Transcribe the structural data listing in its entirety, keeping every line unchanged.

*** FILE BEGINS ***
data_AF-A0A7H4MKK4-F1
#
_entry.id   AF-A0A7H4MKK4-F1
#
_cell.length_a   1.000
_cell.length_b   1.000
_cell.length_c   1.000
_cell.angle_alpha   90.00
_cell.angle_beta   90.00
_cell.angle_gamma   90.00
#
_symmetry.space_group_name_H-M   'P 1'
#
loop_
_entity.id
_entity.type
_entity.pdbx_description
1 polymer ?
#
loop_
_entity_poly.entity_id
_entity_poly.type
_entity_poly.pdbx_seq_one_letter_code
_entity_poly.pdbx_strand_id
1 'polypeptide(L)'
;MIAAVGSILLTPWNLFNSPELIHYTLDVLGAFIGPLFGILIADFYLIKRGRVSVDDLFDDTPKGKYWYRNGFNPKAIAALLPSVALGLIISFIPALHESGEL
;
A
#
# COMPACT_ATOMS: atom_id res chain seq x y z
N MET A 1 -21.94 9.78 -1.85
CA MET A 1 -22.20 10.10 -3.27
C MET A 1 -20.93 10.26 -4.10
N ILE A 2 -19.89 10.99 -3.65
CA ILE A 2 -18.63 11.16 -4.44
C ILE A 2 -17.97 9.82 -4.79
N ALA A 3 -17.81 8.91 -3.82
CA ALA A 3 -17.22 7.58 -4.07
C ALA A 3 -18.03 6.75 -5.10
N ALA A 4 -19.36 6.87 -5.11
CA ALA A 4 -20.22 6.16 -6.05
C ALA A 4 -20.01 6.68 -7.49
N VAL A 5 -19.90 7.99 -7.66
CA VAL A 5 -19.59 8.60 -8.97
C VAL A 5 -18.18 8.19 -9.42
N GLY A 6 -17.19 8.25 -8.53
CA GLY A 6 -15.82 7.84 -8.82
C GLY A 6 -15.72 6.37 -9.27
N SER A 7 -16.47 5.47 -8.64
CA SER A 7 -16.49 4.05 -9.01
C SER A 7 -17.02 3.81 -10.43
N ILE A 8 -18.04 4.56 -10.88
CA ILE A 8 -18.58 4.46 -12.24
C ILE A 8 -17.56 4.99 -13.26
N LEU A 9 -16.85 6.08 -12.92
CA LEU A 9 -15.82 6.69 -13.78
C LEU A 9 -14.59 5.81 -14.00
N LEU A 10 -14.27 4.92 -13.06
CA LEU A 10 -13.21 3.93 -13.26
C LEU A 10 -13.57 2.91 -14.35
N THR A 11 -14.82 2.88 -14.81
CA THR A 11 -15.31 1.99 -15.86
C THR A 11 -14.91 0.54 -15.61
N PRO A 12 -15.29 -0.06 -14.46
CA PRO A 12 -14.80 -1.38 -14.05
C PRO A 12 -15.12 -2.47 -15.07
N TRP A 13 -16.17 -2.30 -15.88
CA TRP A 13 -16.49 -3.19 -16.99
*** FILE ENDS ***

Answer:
data_AF-A0A7H4MKK4-F1
#
_entry.id   AF-A0A7H4MKK4-F1
#
_cell.length_a   1.000
_cell.length_b   1.000
_cell.length_c   1.000
_cell.angle_alpha   90.00
_cell.angle_beta   90.00
_cell.angle_gamma   90.00
#
_symmetry.space_group_name_H-M   'P 1'
#
loop_
_entity.id
_entity.type
_entity.pdbx_description
1 polymer ?
#
loop_
_entity_poly.entity_id
_entity_poly.type
_entity_poly.pdbx_seq_one_letter_code
_entity_poly.pdbx_strand_id
1 'polypeptide(L)'
;MIAAVGSILLTPWNLFNSPELIHYTLDVLGAFIGPLFGILIADFYLIKRGRVSVDDLFDDTPKGKYWYRNGFNPKAIAALLPSVALGLIISFIPALHESGEL
;
A
#
# COMPACT_ATOMS: atom_id res chain seq x y z
N MET A 1 -21.94 9.78 -1.85
CA MET A 1 -22.20 10.10 -3.27
C MET A 1 -20.93 10.26 -4.10
N ILE A 2 -19.89 10.99 -3.65
CA ILE A 2 -18.63 11.16 -4.44
C ILE A 2 -17.97 9.82 -4.79
N ALA A 3 -17.81 8.91 -3.82
CA ALA A 3 -17.22 7.58 -4.07
C ALA A 3 -18.03 6.75 -5.10
N ALA A 4 -19.36 6.87 -5.11
CA ALA A 4 -20.22 6.16 -6.05
C ALA A 4 -20.01 6.68 -7.49
N VAL A 5 -19.90 7.99 -7.66
CA VAL A 5 -19.59 8.60 -8.97
C VAL A 5 -18.18 8.19 -9.42
N GLY A 6 -17.19 8.25 -8.53
CA GLY A 6 -15.82 7.84 -8.82
C GLY A 6 -15.72 6.37 -9.27
N SER A 7 -16.47 5.47 -8.64
CA SER A 7 -16.49 4.05 -9.01
C SER A 7 -17.02 3.81 -10.43
N ILE A 8 -18.04 4.56 -10.88
CA ILE A 8 -18.58 4.46 -12.24
C ILE A 8 -17.56 4.99 -13.26
N LEU A 9 -16.85 6.08 -12.92
CA LEU A 9 -15.82 6.69 -13.78
C LEU A 9 -14.59 5.81 -14.00
N LEU A 10 -14.27 4.92 -13.06
CA LEU A 10 -13.21 3.93 -13.26
C LEU A 10 -13.57 2.91 -14.35
N THR A 11 -14.82 2.88 -14.81
CA THR A 11 -15.31 1.99 -15.86
C THR A 11 -14.91 0.54 -15.61
N PRO A 12 -15.29 -0.06 -14.46
CA PRO A 12 -14.80 -1.38 -14.05
C PRO A 12 -15.12 -2.47 -15.07
N TRP A 13 -16.17 -2.30 -15.88
CA TRP A 13 -16.49 -3.19 -16.99